When you live in a cold-winter climate like we do, a good chili is nearly a dinner requirement. So what do you do when you stop eating beans? Make bean-less chili, of course! When I mentioned this to my mom on our last visit, I received some raised eyebrows. How can you possibly have a chili without beans? Luckily, there are some good recipes out there. Robb Wolf and his Paleo Solution crew threw out a search for the best Paleo Chili, and while I can’t quite procure all of the peppers required to make the winning recipe, we’ve tried several from the very huge number of entries. Monday night I tried a new one, but it doesn’t quite compare to our tried-and-true chili recipe, below. I did not come up with this recipe but can’t credit the person who did, as we gleaned this from the Internet years ago.
- 2-3 pounds beef chuck roast (or other roast meat)
- 1 pound ground pork sausage (Beeler’s breakfast sausage or other)
- 2-3 green bell peppers + poblano pepper, if available (about 2-3 cups chopped peppers total)
- 1 large onion, sweet or yellow
- 6+ cloves garlic
- 2 28-ounce cans diced or crushed tomatoes
- 4-5 T Worcestershire sauce
- 2 T liquid smoke
- 2+ T chili powder
- 1+ T salt
- 1+ t black pepper
- 1-2 t cumin
- cayenne, to taste
- Tabasco, to taste
Cut your beef into bite-sized cubes. This can be easier if your meat is not quite thawed, as the frozen beef holds up to the knife. Add all of the cubed meat to a large bowl. Add the pork sausage, breaking it up with your fingers as you go. Dice and add the onion and bell peppers, then mince and add the garlic. Add your salt, pepper, Worcestershire and liquid smoke, and then mix well with your hands. Cover the bowl, and let the chili marinate in your fridge all day, or overnight if possible. Minimal marinating time is 4 hours.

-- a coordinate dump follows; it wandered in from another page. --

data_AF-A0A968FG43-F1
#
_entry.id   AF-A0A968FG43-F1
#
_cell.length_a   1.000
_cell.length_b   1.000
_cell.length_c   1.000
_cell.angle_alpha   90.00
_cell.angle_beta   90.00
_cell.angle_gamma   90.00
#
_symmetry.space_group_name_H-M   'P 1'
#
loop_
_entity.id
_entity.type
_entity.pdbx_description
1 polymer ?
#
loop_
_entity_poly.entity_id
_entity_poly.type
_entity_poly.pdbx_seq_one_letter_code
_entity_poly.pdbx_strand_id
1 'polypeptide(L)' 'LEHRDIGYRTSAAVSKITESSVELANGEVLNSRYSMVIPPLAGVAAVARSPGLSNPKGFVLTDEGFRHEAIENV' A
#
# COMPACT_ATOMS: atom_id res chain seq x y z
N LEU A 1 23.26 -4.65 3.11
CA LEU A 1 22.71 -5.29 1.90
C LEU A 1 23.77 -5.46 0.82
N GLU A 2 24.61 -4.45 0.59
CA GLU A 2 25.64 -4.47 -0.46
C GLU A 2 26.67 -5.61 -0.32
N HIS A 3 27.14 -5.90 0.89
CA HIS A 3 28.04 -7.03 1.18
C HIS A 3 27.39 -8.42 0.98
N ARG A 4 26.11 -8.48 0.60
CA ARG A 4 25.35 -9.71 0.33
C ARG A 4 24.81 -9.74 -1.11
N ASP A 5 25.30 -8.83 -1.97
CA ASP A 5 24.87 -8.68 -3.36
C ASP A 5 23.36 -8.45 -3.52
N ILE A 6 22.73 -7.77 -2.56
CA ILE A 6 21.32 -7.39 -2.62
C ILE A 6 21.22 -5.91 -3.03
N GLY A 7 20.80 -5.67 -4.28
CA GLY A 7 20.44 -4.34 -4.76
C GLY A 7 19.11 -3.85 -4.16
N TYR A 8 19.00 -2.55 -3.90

After marinating, brown your meat and peppers mixture in a large saute pan in several batches. When the meat is done browning, add it to the soup pot you’ll be cooking your chili in. Once all of your meat/peppers are done browning, add tomatoes, chili powder, cumin, cayenne, and Tabasco. Simmer covered for 2 or more hours, until the meat is super tender. If you want a thicker chili, you can simmer uncovered for some of the cooking time.
I try to plan our meals for the week on the weekend when I have Luc around to distract the boys. That way I can at least mostly wrap my head around trying to get things to balance: meats, veggies, no repeats within the last few weeks. It is a big job, and one I frankly tire of sometimes. But my family and I appreciate the thought that goes into the preparation when we’re sitting at the table. The advanced work also helps during a busy week. Who wants to come home from work deciding what to make for dinner that night, much less have to stop at the store to pick something up? While I go some weeks planning one meal at a time, that usually ends up in lots of extra trips to the co-op. This is fine on occasion but not how I ideally operate.